• Demonstration not to be afraid of death (and to enjoy life to the full)
  • Remembrance of a deceased friend or relative
  • positive change in life, for example after a serious illness or other significant life event
  • Belonging to a group and thus characteristic of a certain lifestyle (bikers, gothic scene, prisoners etc.)
  • Deterrence for others - avoidance strategy for too much social contact
  • Threat, reminder, pain



However, some people let themselves be engraved with this motif without attaching any significance to it. They just find it "cool". Colourful skull tattoos (see sugar skull) emphasize a rather artistic, almost cheerful aspect.

As you can see, this kind of tattoo does not only mean something scary, brutal. Some wearers even consider it a lucky charm, which is supposed to give them power and strength. It's all in the eye of the beholder...


A Few Skull Designs and Ideas: let us present you our selection of skulls tattoos.


Skull Tattoos are available in tens of different variations and combinations. Here are the most common ones including the skull tattoo meaning or their background:

Skull & Bones Tattoo

Pictograms of this kind stand for danger or poison. Wearers of such a tattoo want to signal that they have both feet on the ground, have their own rules and do not want to be told what to do.

 

 

 

Skull & Roses Tattoo

An almost graceful appearing picture is the tattoo skull with roses. The skull and crossbones are two contrasting motifs: the skull stands for horror, death, challenge and perhaps even mourning; the rose on the other hand symbolises beauty, love, nobility and passion. However, if the rose shows many thorns, it indicates a life full of troubles and adversity. With colour tattoos the different roses also have a differentiated symbolism:

Red: love and passion

White: Purity, innocence and fidelity

Pink: youth and beauty

Yellow: infidelity, envy and jealousy and the diminishing of feelings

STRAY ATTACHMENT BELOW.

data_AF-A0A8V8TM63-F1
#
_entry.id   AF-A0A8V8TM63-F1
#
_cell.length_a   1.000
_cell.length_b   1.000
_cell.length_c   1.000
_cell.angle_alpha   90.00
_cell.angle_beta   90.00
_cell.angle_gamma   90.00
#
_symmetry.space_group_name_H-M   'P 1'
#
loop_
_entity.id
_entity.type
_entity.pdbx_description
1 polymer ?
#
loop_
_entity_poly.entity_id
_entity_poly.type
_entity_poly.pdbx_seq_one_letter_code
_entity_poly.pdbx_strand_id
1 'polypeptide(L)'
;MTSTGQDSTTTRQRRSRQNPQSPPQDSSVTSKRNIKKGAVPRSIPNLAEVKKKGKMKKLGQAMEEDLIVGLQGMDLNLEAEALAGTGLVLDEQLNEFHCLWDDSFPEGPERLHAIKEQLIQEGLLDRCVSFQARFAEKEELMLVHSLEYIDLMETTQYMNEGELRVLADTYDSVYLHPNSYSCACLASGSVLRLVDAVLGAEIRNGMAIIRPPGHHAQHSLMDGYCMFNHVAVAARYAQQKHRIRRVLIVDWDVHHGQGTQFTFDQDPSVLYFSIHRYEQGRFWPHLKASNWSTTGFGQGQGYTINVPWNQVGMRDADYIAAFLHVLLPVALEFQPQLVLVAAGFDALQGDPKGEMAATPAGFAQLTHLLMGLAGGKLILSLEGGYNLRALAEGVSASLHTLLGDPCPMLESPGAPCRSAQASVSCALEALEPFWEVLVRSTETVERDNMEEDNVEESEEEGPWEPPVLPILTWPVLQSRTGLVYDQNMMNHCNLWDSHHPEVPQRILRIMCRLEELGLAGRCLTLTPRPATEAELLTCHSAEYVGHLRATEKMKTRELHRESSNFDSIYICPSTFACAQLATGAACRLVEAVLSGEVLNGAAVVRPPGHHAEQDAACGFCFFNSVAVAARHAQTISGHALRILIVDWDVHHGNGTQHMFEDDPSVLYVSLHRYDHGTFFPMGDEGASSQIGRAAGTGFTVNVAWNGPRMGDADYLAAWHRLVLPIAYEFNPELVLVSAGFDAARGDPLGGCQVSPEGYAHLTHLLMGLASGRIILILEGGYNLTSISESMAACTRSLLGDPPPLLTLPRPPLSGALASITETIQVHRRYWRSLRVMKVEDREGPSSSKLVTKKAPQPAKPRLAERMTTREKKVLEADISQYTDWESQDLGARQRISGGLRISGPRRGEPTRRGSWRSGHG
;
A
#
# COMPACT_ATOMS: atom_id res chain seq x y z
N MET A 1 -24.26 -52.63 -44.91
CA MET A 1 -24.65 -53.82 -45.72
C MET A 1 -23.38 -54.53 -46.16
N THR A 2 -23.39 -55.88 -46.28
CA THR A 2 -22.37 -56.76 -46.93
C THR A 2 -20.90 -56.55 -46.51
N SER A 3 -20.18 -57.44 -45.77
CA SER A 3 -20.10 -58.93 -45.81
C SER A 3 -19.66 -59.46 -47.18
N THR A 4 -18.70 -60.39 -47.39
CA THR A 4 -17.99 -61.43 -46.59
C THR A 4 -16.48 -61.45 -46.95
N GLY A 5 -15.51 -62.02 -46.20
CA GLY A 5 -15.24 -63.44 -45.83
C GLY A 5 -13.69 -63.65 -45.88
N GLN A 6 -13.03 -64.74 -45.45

Orange: Happiness and hope

The combination of tattoo skull and roses thus signals the mating of life and death, good and evil, joy and sorrow, beauty and horror. The wearer can thus indicate that he/she is facing the challenges and dares to make a new start in life. However, he can also use this motif to commemorate a friend or girlfriend who has left him or her in any way.


 

 

Skull & Clock Tattoo

The clock stands for time; the time that lies before or behind you as well as the present. The combination skull and clock stands for transience.

 


Skull & Cherry Tattoo

Cherries stand for sexuality and femininity and are motifs that are more likely to be chosen by women. Furthermore, the cherry is also associated with virtue, sweetness, purity, youth and morality. A double cherry is the symbol for a long partnership.

The skull and crossbones with cherry are again two contrasting things, pointing to joy and sorrow, to new beginnings and endings, i.e. to the fact that life is "no pony farm".


 

 

Skull & Snake Tattoo

The snake - borrowed from the Old Testament - stands for deceit, temptation and sin. At the same time, however, it also symbolises wisdom and protection. Thus, such a combination has the meaning of two strong, not everyday things; two things that scare many people but also fascinate them.

 

 

Skull & Writing Tattoo

This connection is a very individual one. Usually, it is name features or personal sayings that the tattooed person associates with a certain, often deceased person.

 

 

The Sugar Skull Tattoo

The colourful skull tattoos are based on the old Mexican tradition. Even today, from 31 October to 2 November in Mexico on the so-called Día de Muertos - the Day of the Dead - the dead are commemorated with a skull made of coloured sugar. Sugar skull tattoos are colourful and symbolise the spiritual reunion with the dead.

The list could be continued almost endlessly, there are no limits to the combination - as well as to the interpretation.
Conclusion

Skull tattoos are manifold and often meaningful for or about the person who wears the tattoo. Such tattoos are not always clear in their meaning, but often have a historical background. Tattoos with a skull can also be completely meaningless and just cool and beautiful. They do not necessarily have to be negative or monochrome. However, it is important that you inform yourself before you get a tattoo and think about why you choose this particular motif...